It certainly was an interesting choice of dates for Congress to send the White House a war spending bill its leaders knew was doomed, and for President George W. Bush to veto it, as promised.
Indeed, the fourth anniversary of the day the president flew onto an aircraft carrier to celebrate his "mission accomplished" in Iraq had no shortage of political drama and gamesmanship. Like the now-laughable-and-lamentable banner of May 1, 2003, it is the saddest of commentaries on the leadership of the nation. It wasn't by accident that Democrats on Capitol Hill picked this date to send the Oval Office their pork-laden, $124 billion package establishing a troop-pullout target of Oct. 1 in Iraq. They want to stick it to this Republican president in the most obvious and embarrassing way possible. And it wasn't by accident that this commander in chief timed the announcement of just his second veto in six-plus years for the evening television newscasts, so that he might get the last word of the day, as if it matters.
"It makes no sense to tell the enemy when you plan to start withdrawing," Bush said. "All the terrorists would have to do is mark their calendars and gather their strength." He may be right about that, but then he had the gall to suggest that "now it is time to put politics behind us," as if he hasn't been a politics-first president since the day he changed his home address to 1600 Pennsylvania Ave., as if this war hasn't been run by political advisers as opposed to military generals.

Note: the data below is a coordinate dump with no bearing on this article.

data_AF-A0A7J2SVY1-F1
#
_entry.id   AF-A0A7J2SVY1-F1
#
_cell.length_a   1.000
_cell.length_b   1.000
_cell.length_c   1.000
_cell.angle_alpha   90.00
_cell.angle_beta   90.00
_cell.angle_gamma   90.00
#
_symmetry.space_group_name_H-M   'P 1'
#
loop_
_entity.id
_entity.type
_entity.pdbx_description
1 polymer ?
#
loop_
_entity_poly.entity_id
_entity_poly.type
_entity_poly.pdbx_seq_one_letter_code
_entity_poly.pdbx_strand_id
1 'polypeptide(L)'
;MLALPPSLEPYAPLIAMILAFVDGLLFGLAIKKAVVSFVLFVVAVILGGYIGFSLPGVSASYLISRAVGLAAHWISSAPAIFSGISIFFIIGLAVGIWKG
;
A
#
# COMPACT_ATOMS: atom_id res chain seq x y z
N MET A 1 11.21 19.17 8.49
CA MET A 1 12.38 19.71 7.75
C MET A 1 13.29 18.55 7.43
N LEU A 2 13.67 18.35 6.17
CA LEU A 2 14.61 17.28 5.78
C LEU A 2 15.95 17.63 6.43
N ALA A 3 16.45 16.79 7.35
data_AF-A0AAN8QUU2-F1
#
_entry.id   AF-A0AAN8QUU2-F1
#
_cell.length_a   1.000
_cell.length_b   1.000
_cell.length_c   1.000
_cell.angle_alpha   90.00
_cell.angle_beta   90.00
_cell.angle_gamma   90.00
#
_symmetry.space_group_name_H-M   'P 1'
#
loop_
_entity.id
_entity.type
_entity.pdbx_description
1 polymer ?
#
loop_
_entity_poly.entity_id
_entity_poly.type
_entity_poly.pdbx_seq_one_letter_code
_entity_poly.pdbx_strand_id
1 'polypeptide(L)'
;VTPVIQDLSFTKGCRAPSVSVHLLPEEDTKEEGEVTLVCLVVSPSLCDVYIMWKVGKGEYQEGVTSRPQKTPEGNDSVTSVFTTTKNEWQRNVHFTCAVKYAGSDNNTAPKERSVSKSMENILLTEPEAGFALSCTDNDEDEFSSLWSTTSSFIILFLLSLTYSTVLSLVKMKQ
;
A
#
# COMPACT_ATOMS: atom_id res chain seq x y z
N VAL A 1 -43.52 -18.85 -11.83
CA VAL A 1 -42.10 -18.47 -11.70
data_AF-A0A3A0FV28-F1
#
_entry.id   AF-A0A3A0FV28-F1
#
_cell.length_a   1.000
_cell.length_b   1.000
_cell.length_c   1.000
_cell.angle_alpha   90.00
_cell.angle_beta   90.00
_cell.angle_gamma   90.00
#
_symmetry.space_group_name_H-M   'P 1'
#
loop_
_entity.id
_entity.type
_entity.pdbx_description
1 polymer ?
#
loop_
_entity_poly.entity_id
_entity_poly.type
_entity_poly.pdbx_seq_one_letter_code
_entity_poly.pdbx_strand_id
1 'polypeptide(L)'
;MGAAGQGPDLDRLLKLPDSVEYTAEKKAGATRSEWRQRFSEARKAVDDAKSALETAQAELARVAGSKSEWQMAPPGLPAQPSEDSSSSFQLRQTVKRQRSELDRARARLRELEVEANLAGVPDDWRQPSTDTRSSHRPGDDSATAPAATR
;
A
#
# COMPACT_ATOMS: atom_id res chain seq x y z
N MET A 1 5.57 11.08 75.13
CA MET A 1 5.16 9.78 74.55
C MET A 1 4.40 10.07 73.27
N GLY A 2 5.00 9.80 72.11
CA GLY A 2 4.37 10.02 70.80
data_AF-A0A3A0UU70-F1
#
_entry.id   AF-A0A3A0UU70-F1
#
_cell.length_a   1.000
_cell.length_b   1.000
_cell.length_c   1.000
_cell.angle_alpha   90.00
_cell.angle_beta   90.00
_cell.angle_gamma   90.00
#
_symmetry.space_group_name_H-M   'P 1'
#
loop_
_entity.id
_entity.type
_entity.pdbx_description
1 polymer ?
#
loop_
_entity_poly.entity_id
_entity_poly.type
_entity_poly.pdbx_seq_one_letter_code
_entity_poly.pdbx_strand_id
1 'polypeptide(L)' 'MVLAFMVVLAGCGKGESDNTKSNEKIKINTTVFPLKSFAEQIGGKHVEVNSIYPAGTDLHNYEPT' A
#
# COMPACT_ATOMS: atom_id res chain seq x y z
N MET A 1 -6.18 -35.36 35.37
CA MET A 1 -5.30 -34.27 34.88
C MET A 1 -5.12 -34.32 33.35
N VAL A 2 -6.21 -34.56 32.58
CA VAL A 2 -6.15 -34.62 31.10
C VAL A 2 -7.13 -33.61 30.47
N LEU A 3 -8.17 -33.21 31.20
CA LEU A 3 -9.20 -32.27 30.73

Bush didn't gain himself any leverage with Congress. This weakened chief executive still lacks the money he needs to fight his war of choice beyond midsummer, and he can't get it unilaterally. He may have erased Congress' timeline, but in fact he still faces a deadline, this one imposed by an increasingly impatient American people and by his constitutionally mandated exit from office. If Iraq as it stands is to be his legacy, it is an abominable one.
But neither have majority Democrats and pro-withdrawal Republicans in Congress earned themselves any leverage, so long as they lack the numbers to override a veto or the will to risk the perception that they are anti-troop by cutting the war's funding.
The result is that Republicans and Democrats alike are playing a zero-sum, no-win game, because it reflects badly on both. But no party has been more victimized than the one in the middle, the one consistently exploited in self-serving photo ops and pandering rhetoric - the U.S. soldiers those politicians have sent to fight in a desert civil war half a world away. Those young men and women, who tend not to be the children of those lawmakers, have been assigned to the Middle East on behalf of a nation where the war is personally felt by so few, it sometimes seems their sacrifices are barely noticed. It's not right.
Yes, this war was built on a faulty foundation, which cannot be divorced from its current unpopularity. Yes, this administration is reaping what it sowed. Yes, this president and vice president should have been better students of history, in order to avoid repeating the mistakes of their predecessors. That said, there is nothing that can be done now to rewrite the years 2003, 2004, 2005 and 2006. Fortunately, 2007 remains salvageable.
Gen. David Petraeus, our commander in Iraq, has said he needs until September to gauge the success of this surge. No doubt many plan on holding him to that. In the interim, sooner rather than later, Democrats and Republicans must give Petraeus and the troops under his direction what they need to achieve a stable situation in Iraq that will allow the U.S. to walk away with a measure of dignity and lasting peace of mind.
If our legislators can't get serious about this war, in bipartisan fashion, then it is they, not our troops, who will have failed the nation. As of today, it's hard to believe America cannot do better, on both sides of the aisle.
Reprinted from The Peoria (Ill.) Journal Star.